James Luceno has a new novel coming early next year titled "Dark Lord." Forming the final book of a trilogy that includes "Labyrinth of Evil" and "Return of the Sith," this novel will focus on the early part of Darth Vader's career.

Next summer starts the next major story arc. This one will be nine novels long using only three authors- Troy Denning, Karen Traviss, and Aaron Allston. Each author will rotate each book and all are collaborating together. Hopefully this will be more consistent in quality than NJO.

Also on tap for the future- Another book by Zahn taking place betwen ANH and ESB, a post ROTS series by Reeve and Perry called Coruscant Nights, and two novels set in the Old Republic timeframe (1000 years prior to ANH).

#19 of 67 OFFLINE   Chuck Mayer

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Posted May 24 2005 - 01:58 PM

Good write-up, Kevin.

Quote:
KJA has singlehandedly, in my opinion, done more damage to the EU than any other author.

Quote:
KJA has singlehandedly, in my opinion, done more damage to the EU than any other author.
Quote:
KJA has singlehandedly, in my opinion, done more damage to the EU than any other author.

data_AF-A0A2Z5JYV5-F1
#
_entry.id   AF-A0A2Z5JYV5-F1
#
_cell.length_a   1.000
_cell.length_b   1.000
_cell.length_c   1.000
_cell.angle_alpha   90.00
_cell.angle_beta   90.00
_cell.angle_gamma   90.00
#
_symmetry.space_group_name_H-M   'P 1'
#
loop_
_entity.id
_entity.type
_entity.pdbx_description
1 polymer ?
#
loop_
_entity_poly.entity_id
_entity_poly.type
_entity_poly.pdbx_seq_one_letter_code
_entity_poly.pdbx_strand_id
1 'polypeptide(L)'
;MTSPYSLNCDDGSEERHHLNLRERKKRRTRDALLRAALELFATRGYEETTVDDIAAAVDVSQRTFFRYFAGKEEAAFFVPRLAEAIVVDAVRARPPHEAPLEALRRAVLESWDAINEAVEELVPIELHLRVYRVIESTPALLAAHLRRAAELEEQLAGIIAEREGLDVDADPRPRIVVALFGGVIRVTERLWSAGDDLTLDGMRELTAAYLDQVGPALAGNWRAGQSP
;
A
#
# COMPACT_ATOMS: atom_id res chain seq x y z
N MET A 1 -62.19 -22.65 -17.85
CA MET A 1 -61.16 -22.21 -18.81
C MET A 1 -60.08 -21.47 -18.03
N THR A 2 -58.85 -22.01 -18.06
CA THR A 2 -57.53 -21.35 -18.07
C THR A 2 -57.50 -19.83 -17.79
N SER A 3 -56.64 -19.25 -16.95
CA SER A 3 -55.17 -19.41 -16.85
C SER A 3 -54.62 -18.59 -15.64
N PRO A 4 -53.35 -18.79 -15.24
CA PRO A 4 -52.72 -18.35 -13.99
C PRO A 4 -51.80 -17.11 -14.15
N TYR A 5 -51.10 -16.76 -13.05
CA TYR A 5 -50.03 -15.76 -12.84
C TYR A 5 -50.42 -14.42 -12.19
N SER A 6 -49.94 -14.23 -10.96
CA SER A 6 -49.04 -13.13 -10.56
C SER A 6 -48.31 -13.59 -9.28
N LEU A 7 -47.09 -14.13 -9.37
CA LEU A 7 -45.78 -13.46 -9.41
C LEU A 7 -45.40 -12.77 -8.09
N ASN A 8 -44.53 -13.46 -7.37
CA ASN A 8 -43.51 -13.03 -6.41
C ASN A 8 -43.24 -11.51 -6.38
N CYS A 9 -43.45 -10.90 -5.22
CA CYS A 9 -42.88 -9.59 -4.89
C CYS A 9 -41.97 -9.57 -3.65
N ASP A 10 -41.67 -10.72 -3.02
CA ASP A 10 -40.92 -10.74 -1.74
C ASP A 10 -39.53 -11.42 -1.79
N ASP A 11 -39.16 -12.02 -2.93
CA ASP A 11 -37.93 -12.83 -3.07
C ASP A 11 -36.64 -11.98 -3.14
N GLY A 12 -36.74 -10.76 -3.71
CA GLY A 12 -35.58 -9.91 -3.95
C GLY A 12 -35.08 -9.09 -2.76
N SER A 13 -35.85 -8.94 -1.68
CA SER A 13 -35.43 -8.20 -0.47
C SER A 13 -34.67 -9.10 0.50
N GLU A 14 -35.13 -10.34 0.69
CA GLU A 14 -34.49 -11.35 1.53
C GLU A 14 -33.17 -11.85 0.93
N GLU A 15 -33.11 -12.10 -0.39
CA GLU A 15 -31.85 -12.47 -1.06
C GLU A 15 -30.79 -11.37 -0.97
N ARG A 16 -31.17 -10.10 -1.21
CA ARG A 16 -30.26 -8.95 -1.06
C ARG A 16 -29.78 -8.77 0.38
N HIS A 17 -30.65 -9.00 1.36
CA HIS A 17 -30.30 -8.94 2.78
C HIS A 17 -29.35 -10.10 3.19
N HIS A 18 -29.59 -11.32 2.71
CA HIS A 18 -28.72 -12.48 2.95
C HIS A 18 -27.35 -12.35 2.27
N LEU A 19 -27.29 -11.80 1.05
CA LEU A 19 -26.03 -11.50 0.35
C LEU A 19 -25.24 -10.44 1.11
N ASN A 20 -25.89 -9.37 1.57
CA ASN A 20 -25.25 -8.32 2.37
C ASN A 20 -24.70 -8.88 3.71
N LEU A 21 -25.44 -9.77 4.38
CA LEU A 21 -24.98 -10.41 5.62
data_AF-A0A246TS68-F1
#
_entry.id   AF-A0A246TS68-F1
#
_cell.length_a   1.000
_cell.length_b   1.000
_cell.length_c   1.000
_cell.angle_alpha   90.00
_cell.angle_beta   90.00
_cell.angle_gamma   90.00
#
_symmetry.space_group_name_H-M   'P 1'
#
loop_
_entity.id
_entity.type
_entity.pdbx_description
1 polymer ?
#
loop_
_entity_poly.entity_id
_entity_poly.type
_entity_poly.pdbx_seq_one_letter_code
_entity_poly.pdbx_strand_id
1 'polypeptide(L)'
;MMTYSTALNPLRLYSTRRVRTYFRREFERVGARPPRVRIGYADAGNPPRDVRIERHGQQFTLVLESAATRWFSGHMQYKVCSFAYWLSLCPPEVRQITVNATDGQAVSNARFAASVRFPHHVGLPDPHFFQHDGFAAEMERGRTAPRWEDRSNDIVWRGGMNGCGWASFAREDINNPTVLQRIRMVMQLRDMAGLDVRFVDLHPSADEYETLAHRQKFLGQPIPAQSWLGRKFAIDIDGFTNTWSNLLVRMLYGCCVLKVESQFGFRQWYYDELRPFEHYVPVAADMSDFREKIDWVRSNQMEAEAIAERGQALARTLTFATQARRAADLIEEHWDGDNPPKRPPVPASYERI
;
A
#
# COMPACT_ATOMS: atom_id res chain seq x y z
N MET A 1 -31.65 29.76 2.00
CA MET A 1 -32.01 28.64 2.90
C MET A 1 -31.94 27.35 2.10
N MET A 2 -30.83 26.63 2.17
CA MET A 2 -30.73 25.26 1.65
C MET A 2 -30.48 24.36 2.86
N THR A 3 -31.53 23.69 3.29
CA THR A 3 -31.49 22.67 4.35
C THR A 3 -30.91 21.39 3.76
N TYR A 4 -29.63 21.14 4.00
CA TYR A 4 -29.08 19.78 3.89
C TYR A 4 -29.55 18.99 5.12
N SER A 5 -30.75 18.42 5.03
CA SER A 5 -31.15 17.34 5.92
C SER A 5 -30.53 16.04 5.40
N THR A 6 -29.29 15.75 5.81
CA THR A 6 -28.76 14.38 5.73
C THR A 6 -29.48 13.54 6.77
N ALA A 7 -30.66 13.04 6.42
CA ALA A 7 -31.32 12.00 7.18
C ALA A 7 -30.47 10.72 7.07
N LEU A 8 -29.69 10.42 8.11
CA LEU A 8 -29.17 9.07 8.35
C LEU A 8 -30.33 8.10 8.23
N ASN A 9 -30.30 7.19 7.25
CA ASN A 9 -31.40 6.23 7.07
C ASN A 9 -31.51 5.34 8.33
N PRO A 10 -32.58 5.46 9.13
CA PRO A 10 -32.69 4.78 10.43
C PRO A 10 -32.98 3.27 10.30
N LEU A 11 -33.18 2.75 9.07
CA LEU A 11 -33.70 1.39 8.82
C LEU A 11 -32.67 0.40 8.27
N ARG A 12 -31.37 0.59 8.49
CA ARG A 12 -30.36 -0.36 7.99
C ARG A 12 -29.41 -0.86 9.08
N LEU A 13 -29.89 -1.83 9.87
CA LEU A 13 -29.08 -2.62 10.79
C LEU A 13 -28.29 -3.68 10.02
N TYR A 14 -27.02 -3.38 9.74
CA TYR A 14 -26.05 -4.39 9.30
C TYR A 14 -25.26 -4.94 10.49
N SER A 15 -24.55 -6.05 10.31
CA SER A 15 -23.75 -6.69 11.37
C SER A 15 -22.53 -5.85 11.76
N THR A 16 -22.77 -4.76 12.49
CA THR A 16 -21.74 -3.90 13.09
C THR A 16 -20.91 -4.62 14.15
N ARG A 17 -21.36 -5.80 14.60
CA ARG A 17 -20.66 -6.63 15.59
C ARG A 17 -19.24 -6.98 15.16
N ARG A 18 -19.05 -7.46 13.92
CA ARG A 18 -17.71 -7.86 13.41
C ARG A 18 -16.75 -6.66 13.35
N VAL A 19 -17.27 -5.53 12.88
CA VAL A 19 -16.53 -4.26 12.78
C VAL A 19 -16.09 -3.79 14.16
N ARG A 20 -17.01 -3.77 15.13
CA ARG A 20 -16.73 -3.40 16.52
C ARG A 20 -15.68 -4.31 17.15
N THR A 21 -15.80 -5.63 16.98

Uhhh...yes Posted Image He drove me away with a force that defies adjectives. The combined mental sodomy of the Jedi Academy trilogy and "Darksaber" (seriously) cauterized the left side of my brain.

I did dip my toe in lately, thanks to some prodding. Republic Commando is actually a good book, even without the SW name. I am lukewarm of LoE; I found it plodding and dull, because there is no overarching story. It's all set-up for the film. And the cartoon is a googol better IMO. But it was well-written. I'll check out ROTS when it gets really cheap. And Dark Lord could be interesting, or it could be a swift kick to the nads. I'll let someone else jump on that grenade first.

I do recall enjoying a Han trilogy set 20 years in the future that is about 11 years old (Corellian trilogy or somesuch). Except for the Corellian prince bullshit. I don't think the story was great, but the writing was pretty good.

I could probably eat the Jedi Academy novels and SHIT a better book than what was published.

Take care,
Chuck
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#20 of 67 OFFLINE   Ric Easton

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Posted May 24 2005 - 02:24 PM

Kevin,

I was just wondering about all this. Thanks for the very informative and exhaustive rundown!

I think you may have left out one more Zahn book... "Survivor's Quest" Have you read it? Is it any good and where does it fit into the timeline? Was it part one of a multi-parter?

Ric